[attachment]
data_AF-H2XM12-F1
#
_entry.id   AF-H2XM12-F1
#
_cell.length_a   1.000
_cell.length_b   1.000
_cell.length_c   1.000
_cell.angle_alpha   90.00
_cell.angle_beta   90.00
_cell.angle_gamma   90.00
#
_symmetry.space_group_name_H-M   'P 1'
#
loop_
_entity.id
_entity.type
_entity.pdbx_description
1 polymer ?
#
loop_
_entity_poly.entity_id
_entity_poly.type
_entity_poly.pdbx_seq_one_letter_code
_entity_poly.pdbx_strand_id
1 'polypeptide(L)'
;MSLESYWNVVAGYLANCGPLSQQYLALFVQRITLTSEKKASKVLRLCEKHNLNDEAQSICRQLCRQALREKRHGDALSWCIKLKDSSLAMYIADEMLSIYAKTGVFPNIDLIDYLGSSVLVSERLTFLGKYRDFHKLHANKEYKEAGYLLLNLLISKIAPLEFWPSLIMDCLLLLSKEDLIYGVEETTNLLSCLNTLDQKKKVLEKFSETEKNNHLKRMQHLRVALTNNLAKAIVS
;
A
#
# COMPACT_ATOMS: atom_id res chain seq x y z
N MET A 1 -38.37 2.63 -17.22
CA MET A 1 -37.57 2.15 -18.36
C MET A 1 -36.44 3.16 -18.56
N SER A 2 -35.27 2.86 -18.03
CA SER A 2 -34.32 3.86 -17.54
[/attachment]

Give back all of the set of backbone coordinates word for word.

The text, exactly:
data_AF-H2XM12-F1
#
_entry.id   AF-H2XM12-F1
#
_cell.length_a   1.000
_cell.length_b   1.000
_cell.length_c   1.000
_cell.angle_alpha   90.00
_cell.angle_beta   90.00
_cell.angle_gamma   90.00
#
_symmetry.space_group_name_H-M   'P 1'
#
loop_
_entity.id
_entity.type
_entity.pdbx_description
1 polymer ?
#
loop_
_entity_poly.entity_id
_entity_poly.type
_entity_poly.pdbx_seq_one_letter_code
_entity_poly.pdbx_strand_id
1 'polypeptide(L)'
;MSLESYWNVVAGYLANCGPLSQQYLALFVQRITLTSEKKASKVLRLCEKHNLNDEAQSICRQLCRQALREKRHGDALSWCIKLKDSSLAMYIADEMLSIYAKTGVFPNIDLIDYLGSSVLVSERLTFLGKYRDFHKLHANKEYKEAGYLLLNLLISKIAPLEFWPSLIMDCLLLLSKEDLIYGVEETTNLLSCLNTLDQKKKVLEKFSETEKNNHLKRMQHLRVALTNNLAKAIVS
;
A
#
# COMPACT_ATOMS: atom_id res chain seq x y z
N MET A 1 -38.37 2.63 -17.22
CA MET A 1 -37.57 2.15 -18.36
C MET A 1 -36.44 3.16 -18.56
N SER A 2 -35.27 2.86 -18.03
CA SER A 2 -34.32 3.86 -17.54